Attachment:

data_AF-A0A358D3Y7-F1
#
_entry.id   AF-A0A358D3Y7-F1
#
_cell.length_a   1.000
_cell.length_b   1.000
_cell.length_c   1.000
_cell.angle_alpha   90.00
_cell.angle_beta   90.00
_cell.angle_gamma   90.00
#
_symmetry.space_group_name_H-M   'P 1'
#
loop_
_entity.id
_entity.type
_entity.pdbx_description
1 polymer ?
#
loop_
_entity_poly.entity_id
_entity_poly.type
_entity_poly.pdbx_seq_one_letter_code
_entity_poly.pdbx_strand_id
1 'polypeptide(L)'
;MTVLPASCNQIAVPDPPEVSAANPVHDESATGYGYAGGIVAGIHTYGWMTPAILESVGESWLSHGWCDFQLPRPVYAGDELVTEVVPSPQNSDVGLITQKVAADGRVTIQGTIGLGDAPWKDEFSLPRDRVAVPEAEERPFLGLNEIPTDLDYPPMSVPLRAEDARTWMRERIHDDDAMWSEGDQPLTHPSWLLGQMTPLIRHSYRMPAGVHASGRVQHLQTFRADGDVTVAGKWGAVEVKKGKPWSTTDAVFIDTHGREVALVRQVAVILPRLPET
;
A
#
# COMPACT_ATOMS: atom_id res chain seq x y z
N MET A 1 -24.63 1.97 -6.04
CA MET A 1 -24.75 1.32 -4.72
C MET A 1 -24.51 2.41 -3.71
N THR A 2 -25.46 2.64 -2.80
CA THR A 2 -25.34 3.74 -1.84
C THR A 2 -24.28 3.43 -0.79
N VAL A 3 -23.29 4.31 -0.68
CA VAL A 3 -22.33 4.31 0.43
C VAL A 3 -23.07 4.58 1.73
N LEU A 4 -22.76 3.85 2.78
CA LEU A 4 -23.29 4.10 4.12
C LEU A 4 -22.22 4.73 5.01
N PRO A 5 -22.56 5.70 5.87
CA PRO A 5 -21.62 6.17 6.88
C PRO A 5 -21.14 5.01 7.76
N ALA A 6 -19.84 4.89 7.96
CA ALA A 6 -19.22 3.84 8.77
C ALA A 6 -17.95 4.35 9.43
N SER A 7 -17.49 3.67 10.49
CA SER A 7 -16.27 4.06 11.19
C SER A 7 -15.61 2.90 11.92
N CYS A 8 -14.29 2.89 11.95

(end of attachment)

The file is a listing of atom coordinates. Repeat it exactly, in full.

data_AF-A0A358D3Y7-F1
#
_entry.id   AF-A0A358D3Y7-F1
#
_cell.length_a   1.000
_cell.length_b   1.000
_cell.length_c   1.000
_cell.angle_alpha   90.00
_cell.angle_beta   90.00
_cell.angle_gamma   90.00
#
_symmetry.space_group_name_H-M   'P 1'
#
loop_
_entity.id
_entity.type
_entity.pdbx_description
1 polymer ?
#
loop_
_entity_poly.entity_id
_entity_poly.type
_entity_poly.pdbx_seq_one_letter_code
_entity_poly.pdbx_strand_id
1 'polypeptide(L)'
;MTVLPASCNQIAVPDPPEVSAANPVHDESATGYGYAGGIVAGIHTYGWMTPAILESVGESWLSHGWCDFQLPRPVYAGDELVTEVVPSPQNSDVGLITQKVAADGRVTIQGTIGLGDAPWKDEFSLPRDRVAVPEAEERPFLGLNEIPTDLDYPPMSVPLRAEDARTWMRERIHDDDAMWSEGDQPLTHPSWLLGQMTPLIRHSYRMPAGVHASGRVQHLQTFRADGDVTVAGKWGAVEVKKGKPWSTTDAVFIDTHGREVALVRQVAVILPRLPET
;
A
#
# COMPACT_ATOMS: atom_id res chain seq x y z
N MET A 1 -24.63 1.97 -6.04
CA MET A 1 -24.75 1.32 -4.72
C MET A 1 -24.51 2.41 -3.71
N THR A 2 -25.46 2.64 -2.80
CA THR A 2 -25.34 3.74 -1.84
C THR A 2 -24.28 3.43 -0.79
N VAL A 3 -23.29 4.31 -0.68
CA VAL A 3 -22.33 4.31 0.43
C VAL A 3 -23.07 4.58 1.73
N LEU A 4 -22.76 3.85 2.78
CA LEU A 4 -23.29 4.10 4.12
C LEU A 4 -22.22 4.73 5.01
N PRO A 5 -22.56 5.70 5.87
CA PRO A 5 -21.62 6.17 6.88
C PRO A 5 -21.14 5.01 7.76
N ALA A 6 -19.84 4.89 7.96
CA ALA A 6 -19.22 3.84 8.77
C ALA A 6 -17.95 4.35 9.43
N SER A 7 -17.49 3.67 10.49
CA SER A 7 -16.27 4.06 11.19
C SER A 7 -15.61 2.90 11.92
N CYS A 8 -14.29 2.89 11.95